At the end of last month, the Spanish Government modified the excise tax on tobacco products in order to enhance the predictability and stability of excise tax revenues, which had been undermined by adult cigarette smokers down-trading to lower-taxed alternatives. The specific excise tax on cigarettes was increased while the ad-valorem rate was reduced. At the same time, the relative excise tax burden on fine cut was increased.
The resulting reduction in the price gap between cigarettes and fine cut should help address the recent market imbalance whereby cigarette industry volume declined by 12% in the first half of the year, while fine cut industry volume increased by 26.4%. Our cigarette market share was up by 2.3 points in the quarter to 31.9% as Marlboro, Chesterfield and L&M all grew.
Let me now turn to the EEMA markets, starting with Russia. In Russia, we estimate that cigarette industry volume declined by about 6.4% during the second quarter, as adult smokers reacted to tax-driven price increases of 6 rubles to 7 rubles, equivalent to 9% for above-premium to 22% for super-low price brands, and to a weaker economy.
Our volume declined by 11.4% during the same period as our distributor reversed its first quarter inventory build-up.
Through the end of May, our quarterly market share remained resilient and was just 0.2 points lower at 25.9%, despite delayed price increases by several competitors following the January tax increase. Parliament, L&M and Bond Street continued to gain share, but this was more than offset by the decline of Chesterfield.
We expect higher profitability for the full year 2013 than last year due to our pricing strategy. So we are forecasting that cigarette industry volume will decline 6% to 7% on a full year basis.
In Turkey, there was a resurgence of illicit trade during the second quarter, when it reached over 20% of total consumption due to the government's focus on other priorities. As a result, cigarette industry volume declined by an estimated 11%. It is difficult to forecast the full year performance due to the uncertainty surrounding future trends in illicit trade. However, unless the government acts quickly to address this issue, cigarette industry volume could be down by as much as 7% to 9%.
The premium and mid-price segments continued to perform well. Our mix improved, driven by the strong momentum of Parliament and Muratti. However, the low-price segment, which includes Lark and L&M priced at 6.50 Turkish Lira per pack, was impacted by the expansion of the super-low 6.00 Lira per pack segment. This led to a slight erosion of our overall market share in the second quarter through May of 0.5 points to 44.8%. We have addressed this issue through the re-launch of Chesterfield at 6.00 Lira per pack.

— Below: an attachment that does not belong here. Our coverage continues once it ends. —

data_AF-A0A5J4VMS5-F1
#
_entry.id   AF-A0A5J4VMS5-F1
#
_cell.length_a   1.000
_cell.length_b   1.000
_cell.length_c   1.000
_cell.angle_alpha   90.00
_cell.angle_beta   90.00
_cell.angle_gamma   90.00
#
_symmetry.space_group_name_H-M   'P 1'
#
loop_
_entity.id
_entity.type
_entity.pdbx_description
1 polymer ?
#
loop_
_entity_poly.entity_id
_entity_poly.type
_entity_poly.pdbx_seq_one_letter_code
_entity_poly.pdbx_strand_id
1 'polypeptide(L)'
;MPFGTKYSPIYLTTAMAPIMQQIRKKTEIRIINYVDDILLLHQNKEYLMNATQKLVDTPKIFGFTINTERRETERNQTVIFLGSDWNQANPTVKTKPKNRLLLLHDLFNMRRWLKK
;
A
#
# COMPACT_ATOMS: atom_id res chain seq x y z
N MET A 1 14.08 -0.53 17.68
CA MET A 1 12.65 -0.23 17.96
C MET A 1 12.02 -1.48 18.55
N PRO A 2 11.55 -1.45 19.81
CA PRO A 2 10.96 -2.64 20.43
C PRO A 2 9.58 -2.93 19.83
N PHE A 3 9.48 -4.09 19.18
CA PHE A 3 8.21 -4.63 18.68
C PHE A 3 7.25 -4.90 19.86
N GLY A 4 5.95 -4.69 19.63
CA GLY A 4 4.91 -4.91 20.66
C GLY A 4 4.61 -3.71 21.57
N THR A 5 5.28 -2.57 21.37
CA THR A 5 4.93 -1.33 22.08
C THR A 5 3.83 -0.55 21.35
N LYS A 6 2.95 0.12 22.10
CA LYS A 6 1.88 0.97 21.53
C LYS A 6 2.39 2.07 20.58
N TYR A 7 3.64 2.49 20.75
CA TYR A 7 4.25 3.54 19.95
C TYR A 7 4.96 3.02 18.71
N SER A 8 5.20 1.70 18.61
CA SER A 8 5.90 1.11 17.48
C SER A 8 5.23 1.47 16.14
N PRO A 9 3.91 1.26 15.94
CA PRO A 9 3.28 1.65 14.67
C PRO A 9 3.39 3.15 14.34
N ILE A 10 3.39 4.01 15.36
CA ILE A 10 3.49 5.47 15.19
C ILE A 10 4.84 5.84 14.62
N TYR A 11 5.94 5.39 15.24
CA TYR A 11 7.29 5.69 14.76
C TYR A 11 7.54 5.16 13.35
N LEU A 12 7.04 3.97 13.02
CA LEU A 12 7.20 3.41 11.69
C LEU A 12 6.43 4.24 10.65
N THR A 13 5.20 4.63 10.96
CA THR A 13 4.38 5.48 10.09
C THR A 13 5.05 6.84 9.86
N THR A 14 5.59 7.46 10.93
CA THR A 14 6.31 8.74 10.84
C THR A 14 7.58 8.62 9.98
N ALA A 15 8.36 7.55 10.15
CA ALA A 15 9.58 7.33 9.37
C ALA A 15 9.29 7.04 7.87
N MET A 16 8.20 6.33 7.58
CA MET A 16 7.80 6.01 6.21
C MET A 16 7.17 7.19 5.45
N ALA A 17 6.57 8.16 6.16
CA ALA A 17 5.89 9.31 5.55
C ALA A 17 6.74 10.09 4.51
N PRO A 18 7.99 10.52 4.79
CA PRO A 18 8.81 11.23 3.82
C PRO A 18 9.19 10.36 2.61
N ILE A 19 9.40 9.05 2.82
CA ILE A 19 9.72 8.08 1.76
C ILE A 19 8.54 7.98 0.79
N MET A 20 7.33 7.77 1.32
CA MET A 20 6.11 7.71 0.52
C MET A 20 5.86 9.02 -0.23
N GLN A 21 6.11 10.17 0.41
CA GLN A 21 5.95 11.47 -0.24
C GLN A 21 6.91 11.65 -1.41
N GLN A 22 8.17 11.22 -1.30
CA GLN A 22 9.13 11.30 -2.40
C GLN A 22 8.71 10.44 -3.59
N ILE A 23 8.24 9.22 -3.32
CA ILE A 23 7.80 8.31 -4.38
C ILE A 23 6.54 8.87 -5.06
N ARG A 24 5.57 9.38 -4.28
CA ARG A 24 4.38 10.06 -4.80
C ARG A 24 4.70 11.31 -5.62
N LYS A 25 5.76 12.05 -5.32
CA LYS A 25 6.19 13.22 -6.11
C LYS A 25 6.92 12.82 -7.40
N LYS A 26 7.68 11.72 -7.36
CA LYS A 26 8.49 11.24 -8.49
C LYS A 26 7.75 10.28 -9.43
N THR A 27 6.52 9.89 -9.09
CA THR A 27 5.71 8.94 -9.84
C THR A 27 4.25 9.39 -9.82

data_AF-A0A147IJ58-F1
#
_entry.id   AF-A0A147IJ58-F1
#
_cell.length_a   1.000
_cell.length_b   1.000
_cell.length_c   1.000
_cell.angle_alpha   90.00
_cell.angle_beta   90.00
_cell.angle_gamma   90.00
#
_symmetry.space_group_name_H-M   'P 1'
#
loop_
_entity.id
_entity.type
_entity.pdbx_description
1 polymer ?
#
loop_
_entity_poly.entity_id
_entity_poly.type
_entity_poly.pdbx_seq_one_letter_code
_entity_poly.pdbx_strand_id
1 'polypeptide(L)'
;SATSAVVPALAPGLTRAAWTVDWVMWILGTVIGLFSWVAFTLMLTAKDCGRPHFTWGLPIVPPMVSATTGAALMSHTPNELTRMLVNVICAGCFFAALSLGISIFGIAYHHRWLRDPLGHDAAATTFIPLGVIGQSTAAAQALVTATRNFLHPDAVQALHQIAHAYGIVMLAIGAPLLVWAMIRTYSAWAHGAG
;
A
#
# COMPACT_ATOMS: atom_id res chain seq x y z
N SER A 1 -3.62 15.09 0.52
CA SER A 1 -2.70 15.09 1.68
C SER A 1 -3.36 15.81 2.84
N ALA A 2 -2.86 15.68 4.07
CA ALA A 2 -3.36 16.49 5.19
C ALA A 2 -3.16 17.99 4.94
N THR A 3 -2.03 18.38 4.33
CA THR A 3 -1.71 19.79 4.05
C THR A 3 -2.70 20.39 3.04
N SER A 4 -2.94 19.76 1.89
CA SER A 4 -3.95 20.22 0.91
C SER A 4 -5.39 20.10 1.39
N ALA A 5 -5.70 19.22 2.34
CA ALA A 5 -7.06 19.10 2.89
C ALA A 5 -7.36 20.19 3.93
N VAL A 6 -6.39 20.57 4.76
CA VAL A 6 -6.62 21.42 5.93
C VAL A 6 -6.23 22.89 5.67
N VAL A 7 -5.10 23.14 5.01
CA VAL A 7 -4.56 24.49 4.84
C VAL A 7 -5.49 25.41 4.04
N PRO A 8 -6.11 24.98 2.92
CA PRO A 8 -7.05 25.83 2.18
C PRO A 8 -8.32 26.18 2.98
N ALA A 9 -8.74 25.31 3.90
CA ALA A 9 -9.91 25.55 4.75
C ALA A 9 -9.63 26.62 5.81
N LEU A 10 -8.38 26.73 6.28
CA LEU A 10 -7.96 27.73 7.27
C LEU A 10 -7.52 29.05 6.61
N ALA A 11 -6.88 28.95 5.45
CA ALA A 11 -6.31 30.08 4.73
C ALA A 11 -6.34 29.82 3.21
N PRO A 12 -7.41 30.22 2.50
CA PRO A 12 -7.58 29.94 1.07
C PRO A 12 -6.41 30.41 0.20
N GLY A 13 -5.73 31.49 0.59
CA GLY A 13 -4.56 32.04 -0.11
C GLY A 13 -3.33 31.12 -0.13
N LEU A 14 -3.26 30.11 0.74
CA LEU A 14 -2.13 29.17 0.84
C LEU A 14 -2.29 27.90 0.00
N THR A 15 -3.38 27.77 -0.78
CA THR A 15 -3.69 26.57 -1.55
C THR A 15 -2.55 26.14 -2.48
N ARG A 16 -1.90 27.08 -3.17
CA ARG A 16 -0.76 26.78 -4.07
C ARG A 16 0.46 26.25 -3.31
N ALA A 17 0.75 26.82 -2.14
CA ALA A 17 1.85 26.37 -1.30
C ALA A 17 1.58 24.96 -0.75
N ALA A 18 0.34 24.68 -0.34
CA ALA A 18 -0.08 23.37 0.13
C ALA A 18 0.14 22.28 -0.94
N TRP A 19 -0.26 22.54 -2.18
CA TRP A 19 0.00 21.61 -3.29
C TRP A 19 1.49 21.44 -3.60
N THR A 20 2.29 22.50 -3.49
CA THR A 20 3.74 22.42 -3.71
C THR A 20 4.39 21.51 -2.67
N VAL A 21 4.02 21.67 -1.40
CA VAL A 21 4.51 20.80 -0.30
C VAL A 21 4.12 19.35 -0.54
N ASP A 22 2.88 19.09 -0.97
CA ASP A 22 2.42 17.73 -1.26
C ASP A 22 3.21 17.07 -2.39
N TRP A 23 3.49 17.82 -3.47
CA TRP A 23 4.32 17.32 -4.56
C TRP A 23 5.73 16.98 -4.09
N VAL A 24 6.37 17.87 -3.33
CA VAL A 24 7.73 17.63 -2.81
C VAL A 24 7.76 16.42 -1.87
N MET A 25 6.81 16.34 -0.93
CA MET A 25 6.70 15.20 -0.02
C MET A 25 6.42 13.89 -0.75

In Asia, we are continuing to strengthen our business, despite the disruptive tax increase in the Philippines. Our cigarette volume grew by 1.5%, excluding the Philippines, with Indonesia the key contributor.
In Japan, cigarette industry volume decreased by 2.0% during the second quarter and we continue to forecast a similar decline for the full year. However, due mainly to the inventory replenishment that occurred in Q2 of 2012, our volume was 10.2% lower than this year.
During the second quarter, we witnessed continued intense competitive activities and the successful launch by Japan Tobacco of its first Mevius capsule variants. Our market share declined by 0.9 points to 26.9%, driven by lower shares for Lark, the Philip Morris brand, and primarily the menthol variants of Marlboro.
We expect our market share to remain under pressure in the second half of the year, so we believe that we will make progress over time thanks to the continued resilience of Marlboro and a strong pipeline of innovative new products.
Indonesian industry volume grew by 3.5% in the second quarter, while we outperformed the industry with a volume expansion of 6%. For the full year, we now expect an industry growth rate of approximately 4%, which, while below the exceptional growth rates of the last two years, is consistent with the historical average for the market.
Our market share grew by 0.9 points to 36.1%, driven by Sampoerna A, U Mild and Marlboro, partly offset by the decline of Dji Sam Soe, which moved above the favorable (1,000 rupiah) per cigarette, or 'stick', price point. Premium Sampoerna A is the clear leader in the growing, but increasingly price-competitive LTN machine-made kretek segment, U Mild is the leading mid-price brand in this segment, while Marlboro continued to strengthen its position in the 'white' cigarette segment, where it reached a segment share of 76% during the second quarter.
The final market that I will cover is the Philippines. The decline in the tax-paid industry volume moderated significantly during the second quarter with volume down by 7% despite the continued high prevalence of local non-tax-paid cigarettes that are not included in the data.